Literacy Narrative

Shamefully holding up a fake smile just to point out that “I’m not hurt,” to show everyone else that having a lisp wasn’t really a problem and that their jokes and laughs didn’t affect me, but it did. Growing up I felt different wanting to interact with people and always answering the teachers questions, but still somehow always quiet.I felt like I wanted to be alone but part of me wanted to open out more, creating strong friendships and short and unwelcome friendships that impacted my life drastically. It was one day in class which I was participating like there was no tomorrow not caring whether I got questions right or wrong. Throughout the day my teacher wanted everyone in the class to take turns reading, and since everyone had assigned seats based off their last name I happened to be the last person reading. There was only 2 pages remaining so I didn’t feel pressured at all until the moment I had to pronounce words such as “Ship,Time,Thought and Choose.” Hearing laughter after one mistake push shivers down my back and caused my hands to shake, having eyes glued to my face forced me to lose my train of thought, causing more and more mistakes.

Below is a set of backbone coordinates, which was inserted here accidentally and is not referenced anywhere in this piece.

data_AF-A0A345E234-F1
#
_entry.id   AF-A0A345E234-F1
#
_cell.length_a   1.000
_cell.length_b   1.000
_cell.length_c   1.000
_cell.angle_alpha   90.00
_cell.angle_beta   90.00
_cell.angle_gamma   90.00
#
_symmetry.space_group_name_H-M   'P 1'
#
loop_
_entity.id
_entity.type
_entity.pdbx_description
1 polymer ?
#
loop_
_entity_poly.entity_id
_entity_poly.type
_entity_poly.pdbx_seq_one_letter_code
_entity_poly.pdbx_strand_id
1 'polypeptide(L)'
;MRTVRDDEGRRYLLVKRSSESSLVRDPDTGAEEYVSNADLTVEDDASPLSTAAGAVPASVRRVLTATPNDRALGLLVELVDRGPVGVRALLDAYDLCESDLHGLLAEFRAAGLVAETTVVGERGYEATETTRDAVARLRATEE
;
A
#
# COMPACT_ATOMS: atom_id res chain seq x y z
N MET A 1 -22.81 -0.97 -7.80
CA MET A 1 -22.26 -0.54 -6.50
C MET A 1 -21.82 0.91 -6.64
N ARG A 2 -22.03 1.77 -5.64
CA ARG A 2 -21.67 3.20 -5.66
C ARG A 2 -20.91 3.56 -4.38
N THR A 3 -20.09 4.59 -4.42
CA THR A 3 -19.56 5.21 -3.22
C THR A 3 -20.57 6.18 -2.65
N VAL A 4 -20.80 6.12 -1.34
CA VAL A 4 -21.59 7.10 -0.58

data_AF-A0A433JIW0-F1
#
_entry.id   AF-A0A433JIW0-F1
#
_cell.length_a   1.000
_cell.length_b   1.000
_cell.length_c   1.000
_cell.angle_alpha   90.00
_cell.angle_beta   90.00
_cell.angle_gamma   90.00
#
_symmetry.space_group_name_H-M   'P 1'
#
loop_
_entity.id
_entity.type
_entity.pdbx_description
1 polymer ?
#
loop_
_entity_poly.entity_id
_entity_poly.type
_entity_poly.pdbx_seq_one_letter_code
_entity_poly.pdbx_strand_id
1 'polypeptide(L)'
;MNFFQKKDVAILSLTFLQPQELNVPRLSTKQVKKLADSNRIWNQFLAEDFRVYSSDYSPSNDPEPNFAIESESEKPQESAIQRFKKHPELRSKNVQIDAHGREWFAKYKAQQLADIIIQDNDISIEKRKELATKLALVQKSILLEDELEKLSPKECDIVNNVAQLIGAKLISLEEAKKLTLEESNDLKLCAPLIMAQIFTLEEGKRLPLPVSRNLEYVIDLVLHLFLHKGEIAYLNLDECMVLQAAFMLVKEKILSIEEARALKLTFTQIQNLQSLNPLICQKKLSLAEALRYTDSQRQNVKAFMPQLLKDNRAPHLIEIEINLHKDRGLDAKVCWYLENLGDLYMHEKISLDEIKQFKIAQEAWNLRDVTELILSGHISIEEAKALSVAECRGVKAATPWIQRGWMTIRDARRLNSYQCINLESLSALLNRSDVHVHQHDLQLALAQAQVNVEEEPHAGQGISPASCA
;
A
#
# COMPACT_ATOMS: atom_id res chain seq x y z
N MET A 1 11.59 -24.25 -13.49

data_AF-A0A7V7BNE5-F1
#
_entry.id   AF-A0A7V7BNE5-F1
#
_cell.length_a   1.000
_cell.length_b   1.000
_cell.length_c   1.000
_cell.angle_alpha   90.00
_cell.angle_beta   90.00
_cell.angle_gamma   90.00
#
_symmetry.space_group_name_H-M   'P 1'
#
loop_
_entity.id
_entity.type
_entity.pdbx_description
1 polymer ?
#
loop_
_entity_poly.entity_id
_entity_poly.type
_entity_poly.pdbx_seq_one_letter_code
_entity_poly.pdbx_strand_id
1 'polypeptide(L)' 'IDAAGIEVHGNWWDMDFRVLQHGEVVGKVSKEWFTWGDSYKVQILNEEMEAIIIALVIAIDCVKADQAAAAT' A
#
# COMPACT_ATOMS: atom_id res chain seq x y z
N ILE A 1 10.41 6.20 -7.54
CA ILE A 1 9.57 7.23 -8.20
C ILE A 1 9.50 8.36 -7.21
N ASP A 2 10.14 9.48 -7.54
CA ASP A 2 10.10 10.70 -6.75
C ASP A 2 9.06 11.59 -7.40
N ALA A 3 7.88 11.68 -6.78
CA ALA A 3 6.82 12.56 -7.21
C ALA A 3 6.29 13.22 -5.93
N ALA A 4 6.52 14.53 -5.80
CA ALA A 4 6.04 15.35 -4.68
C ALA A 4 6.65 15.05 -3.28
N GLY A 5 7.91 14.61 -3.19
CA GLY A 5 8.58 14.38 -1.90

This experience had a negative impact on me at first, it never crossed my mind that my lisp was that strong because in my household I was never addressed for my strong lisp, talking to my friends never was a problem which goes back to what I said on having strong friendships. But the moment that everything went “downhill”, it changed me. I told my mother when I got home and the day after I went to a speech impediment class and worked on my lisp for around a month and a half. I didn’t want to be in the class because I felt I was only there because I was made fun of in class. I had to leave class during certain hours to go and work on my lisp with the speech impediment teacher, I began to feel like I was a burden on both my teacher and myself. It came to the point that I felt that my lisp was attached to me, it even crossed my mind that “Lisp” would be on my gravestone. Week after week there was no improvement whatsoever, I still couldn’t sound the difference between “Ship” and “Chip”. After a month my strong lisp started to go down, it was still visible but not as strong as it was a few weeks ago. I began to be more anti-social in class because I didn’t want to be made fun of again because of my lisp. The moment I went home from school that same day I went straight to sleep without talking to anyone at all, the burden “on my shoulders” kept me mentally stuck not knowing what to do, having both anger and sadness built up inside of me like a water balloon waiting to be thrown to “pop” and release everything built up inside of it. I was rushing to have my lisp go away, it gave me nothing but negative energy to me, my family and my classmates. And after one more week in the speech impediment class I didn’t have to go to work on my lisp anymore. Looking back at how the personal experience shaped my relationship with reading and writing it had both a negative impact and a positive one. The reason why I said it was negative one was because being made fun of made me more anti-social for 2 to 3 years ruining some relationships I had with teachers and friends, but the reason why I would say it had a positive impact on me is because since I was alone, I had no distractions and had more time for myself in class. I wasn’t doing so well in the class but the moment that incident with my lisp happened I had the urge to do better in all of my classes all of a sudden, I had the urge to become a better reader so I wouldn’t make anymore mistakes and improved on my reading by reading books at a different grade level than what I was at. In general aspect of having a lisp was a strain on me mentally but after looking back from the position I am at now, it made me into who I am.

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